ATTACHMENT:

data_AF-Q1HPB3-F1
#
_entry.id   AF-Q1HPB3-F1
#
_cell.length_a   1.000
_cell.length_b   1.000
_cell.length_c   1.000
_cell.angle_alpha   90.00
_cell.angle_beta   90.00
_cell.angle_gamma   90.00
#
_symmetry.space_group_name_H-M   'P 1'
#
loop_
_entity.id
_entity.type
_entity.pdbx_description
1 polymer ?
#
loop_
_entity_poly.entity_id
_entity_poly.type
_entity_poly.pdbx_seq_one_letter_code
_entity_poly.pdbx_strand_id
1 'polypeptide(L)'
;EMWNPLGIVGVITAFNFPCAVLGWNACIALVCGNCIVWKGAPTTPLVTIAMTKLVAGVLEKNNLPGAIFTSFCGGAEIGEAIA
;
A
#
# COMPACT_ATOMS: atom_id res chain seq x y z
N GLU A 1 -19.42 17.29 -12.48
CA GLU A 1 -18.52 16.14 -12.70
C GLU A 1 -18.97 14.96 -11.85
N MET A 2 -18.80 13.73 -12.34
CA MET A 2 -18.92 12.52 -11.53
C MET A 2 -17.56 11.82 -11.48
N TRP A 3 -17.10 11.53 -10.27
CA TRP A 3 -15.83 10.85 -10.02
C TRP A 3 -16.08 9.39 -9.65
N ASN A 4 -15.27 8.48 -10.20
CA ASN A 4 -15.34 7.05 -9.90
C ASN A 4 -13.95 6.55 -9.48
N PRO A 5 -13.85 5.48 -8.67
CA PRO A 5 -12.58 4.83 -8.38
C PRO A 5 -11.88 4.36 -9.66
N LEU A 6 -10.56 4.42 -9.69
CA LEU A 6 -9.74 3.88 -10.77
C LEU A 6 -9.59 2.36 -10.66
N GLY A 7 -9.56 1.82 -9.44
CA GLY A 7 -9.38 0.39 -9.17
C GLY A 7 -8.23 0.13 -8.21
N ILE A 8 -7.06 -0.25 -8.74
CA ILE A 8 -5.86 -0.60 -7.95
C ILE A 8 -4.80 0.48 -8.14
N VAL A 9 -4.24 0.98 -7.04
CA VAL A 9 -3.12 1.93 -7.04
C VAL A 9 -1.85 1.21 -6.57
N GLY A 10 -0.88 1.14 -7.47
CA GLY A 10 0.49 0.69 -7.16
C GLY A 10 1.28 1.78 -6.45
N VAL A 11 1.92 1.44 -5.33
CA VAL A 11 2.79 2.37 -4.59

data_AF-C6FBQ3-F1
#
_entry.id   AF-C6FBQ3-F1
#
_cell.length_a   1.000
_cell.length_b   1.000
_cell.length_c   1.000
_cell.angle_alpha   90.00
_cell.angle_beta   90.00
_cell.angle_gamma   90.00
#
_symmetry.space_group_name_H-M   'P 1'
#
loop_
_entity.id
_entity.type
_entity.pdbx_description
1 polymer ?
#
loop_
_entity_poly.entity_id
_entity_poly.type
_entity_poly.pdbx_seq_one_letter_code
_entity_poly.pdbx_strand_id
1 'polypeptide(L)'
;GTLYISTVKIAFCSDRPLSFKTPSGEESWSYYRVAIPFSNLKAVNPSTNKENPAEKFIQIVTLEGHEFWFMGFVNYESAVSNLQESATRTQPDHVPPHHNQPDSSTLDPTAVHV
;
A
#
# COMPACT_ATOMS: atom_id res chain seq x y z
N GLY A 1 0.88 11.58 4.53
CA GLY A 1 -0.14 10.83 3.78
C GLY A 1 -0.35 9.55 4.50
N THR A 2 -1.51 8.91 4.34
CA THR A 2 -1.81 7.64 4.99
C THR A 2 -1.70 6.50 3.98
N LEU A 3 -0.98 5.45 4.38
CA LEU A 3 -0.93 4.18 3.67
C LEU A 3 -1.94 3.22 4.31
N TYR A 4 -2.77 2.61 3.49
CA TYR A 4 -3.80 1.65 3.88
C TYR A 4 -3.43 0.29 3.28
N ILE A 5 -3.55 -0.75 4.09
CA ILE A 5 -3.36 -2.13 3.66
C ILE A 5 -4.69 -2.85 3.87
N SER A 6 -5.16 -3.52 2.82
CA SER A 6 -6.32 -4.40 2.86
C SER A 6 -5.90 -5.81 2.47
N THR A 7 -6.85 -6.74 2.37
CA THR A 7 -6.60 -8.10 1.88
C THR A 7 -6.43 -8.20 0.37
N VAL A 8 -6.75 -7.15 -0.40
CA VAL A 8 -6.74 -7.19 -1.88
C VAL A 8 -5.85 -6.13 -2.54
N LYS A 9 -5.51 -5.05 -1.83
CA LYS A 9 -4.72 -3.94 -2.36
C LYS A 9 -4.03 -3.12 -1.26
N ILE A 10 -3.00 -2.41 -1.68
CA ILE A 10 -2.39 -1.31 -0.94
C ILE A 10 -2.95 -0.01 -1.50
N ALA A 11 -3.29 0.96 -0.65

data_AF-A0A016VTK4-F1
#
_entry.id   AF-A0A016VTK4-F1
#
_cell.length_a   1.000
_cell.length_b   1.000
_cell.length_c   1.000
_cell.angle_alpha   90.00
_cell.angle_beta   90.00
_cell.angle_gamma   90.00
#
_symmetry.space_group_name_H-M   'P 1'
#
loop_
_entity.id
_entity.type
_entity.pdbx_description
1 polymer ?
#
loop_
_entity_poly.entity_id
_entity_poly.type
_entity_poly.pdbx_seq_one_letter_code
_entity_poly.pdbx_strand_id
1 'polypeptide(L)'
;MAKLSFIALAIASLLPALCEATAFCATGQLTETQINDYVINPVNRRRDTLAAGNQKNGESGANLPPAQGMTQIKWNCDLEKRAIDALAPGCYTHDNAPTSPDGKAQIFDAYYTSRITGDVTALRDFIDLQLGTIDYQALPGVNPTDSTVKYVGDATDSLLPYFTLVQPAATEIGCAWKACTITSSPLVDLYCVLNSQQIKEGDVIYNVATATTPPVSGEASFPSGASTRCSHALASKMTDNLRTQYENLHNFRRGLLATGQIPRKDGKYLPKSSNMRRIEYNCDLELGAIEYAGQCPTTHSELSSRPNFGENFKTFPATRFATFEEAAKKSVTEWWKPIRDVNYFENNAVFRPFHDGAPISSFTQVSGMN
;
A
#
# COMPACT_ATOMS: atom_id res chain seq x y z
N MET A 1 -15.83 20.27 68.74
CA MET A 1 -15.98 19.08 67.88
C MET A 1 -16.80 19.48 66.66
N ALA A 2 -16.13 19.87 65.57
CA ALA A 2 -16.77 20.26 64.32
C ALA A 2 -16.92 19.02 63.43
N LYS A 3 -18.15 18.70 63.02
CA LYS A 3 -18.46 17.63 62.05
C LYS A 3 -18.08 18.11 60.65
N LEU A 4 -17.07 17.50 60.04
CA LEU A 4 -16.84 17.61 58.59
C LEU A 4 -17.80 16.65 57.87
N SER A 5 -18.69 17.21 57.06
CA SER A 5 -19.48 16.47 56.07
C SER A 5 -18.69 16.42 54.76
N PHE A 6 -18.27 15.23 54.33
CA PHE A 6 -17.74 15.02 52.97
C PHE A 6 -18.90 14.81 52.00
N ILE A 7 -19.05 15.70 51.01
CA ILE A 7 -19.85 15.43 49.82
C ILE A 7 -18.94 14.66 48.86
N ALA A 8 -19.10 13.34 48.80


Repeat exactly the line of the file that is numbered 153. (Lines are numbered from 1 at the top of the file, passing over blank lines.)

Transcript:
# COMPACT_ATOMS: atom_id res chain seq x y z